Twitter removed three yesterday tweets from the account of the outgoing President of USA, Donald Trump, and closed his account for 12 hours, after he continued to promote conspiracy theories about the elections, while protesters invaded the Capitol. The goal of the protesters was to prevent the ratification by the Congress of the victory of the Democrat Joe Biden in the elections of November 3. The popular social media also warned that further violations of its rules would lead to the permanent closure of Trump's account. Facebook and YouTube.
One of the tweets removed was a video of Trump reiterating baseless allegations that his elections, while encouraging his supporters to leave the Capitol, where they invaded by force. Specifically, he stated that he needed law and order, while emphasizing that he loves his supporters.
Facebook and YouTube also removed the video from them accounts of Trump. Facebook said it would block it account of the President, so that he can not publish anything for 24 hours, due to two policy violations.
Twitter removed Trump's post after initially banning retweets and replies. He had added a tag to the post that read: "This allegation of election fraud is disputed and this tweet cannot receive replies and likes or be retweeted due to the risk of violence." Twitter also removed another Trump tweet. Twitter also said through one of its corporate accounts that if Trump removes the tweets, his account will be unlocked. Trump's official government Twitter account, which he does not use as often as his personal account, remains active.
Twitter and Facebook have tagged some of Trump's posts in the past as containing information that violated their rules, and Twitter has temporarily closed his personal accounts and accounts. campaigns of.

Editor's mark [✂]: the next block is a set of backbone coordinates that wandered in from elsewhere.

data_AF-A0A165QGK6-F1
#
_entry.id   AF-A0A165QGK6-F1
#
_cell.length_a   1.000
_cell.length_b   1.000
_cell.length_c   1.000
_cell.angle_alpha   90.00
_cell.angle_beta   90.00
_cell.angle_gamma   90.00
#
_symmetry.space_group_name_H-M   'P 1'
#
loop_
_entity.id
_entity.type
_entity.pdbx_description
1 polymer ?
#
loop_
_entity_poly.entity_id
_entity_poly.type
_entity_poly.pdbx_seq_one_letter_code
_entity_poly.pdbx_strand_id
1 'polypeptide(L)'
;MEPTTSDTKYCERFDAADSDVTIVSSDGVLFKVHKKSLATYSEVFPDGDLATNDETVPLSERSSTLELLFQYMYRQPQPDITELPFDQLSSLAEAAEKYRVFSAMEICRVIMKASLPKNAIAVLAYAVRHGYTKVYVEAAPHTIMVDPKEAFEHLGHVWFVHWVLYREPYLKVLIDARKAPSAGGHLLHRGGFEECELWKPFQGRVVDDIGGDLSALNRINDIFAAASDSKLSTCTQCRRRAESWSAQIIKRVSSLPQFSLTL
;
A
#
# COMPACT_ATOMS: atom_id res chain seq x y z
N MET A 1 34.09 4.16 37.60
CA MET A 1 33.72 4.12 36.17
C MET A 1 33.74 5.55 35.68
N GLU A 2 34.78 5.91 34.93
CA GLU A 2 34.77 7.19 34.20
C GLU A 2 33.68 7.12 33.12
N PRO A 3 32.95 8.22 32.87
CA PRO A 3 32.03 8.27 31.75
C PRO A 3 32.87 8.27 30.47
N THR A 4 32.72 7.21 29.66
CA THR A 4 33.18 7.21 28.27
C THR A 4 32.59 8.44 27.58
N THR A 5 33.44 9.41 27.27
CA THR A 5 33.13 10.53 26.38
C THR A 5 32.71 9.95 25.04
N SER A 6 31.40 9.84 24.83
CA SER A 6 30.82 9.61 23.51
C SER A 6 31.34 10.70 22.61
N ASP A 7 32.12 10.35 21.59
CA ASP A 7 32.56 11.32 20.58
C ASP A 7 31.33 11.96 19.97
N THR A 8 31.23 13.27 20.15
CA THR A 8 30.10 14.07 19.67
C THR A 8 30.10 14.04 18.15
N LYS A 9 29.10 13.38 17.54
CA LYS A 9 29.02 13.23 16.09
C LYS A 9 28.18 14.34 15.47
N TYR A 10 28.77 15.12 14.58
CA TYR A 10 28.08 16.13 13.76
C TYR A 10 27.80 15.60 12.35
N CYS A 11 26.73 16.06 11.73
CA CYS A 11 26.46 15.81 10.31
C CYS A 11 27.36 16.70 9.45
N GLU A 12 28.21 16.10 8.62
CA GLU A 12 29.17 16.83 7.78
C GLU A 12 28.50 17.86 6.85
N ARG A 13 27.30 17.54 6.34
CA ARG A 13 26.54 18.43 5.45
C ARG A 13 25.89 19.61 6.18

In addition to Facebook and Twitter, YouTube also said in a statement that the video violated content policies claiming there was widespread fraud or errors that changed the outcome of the election. Facebook stated the following: "The violent protests that took place today at the Capitol are a disgrace. We prohibit incitement and incitement to violence on our platform. We actively review and remove any content that violates these rules. ”
Guy Rosen, Facebook's vice president of integrity, wrote on Twitter: "This is a state of emergency and we are taking appropriate action, including the removal of President Trump's video. We removed it because we believe it reduces the risk of continued violence. "
Rosen echoed the sentiment in a company blog post stating that Facebook's leadership team was "afraid of violence in the Capitol" and outlined the steps the platform to remove relevant content. Among them is the removal of videos and photos from those who invaded the Capitol. He also said that the video was removed from Instagram, which belongs to Facebook.
The Twitter security team posted a statement saying the "violent calls" violated its rules. "As for the ongoing situation in Washington, we are working to protect the public conversation that takes place in the service and we will take action on any content that violates the rules of Twitter. We also significantly limit our engagement with tweets bearing the Citizens' Integrity Policy due to the risk of violence. This means that these tagged tweets will not be able to accept replies and likes or be retweeted ".
The video was tweeted at 4:17 p.m., about three hours after Trump told his supporters to protest at the Capitol.
Although the SOCIAL MEDIA platforms acted to remove the video, many prominent figures in the technology industry disapproved of the actions of social media, including the venture capitalist Chris Sacca and Alex Stamos, former head of security officer on Facebook.
The situation also seems to be exacerbating tensions over Twitter over Trump's handling. It is worth noting that many Twitter employees who in the past defended the decision to maintain Trump's account on the platform, changed their minds after yesterday's episodes.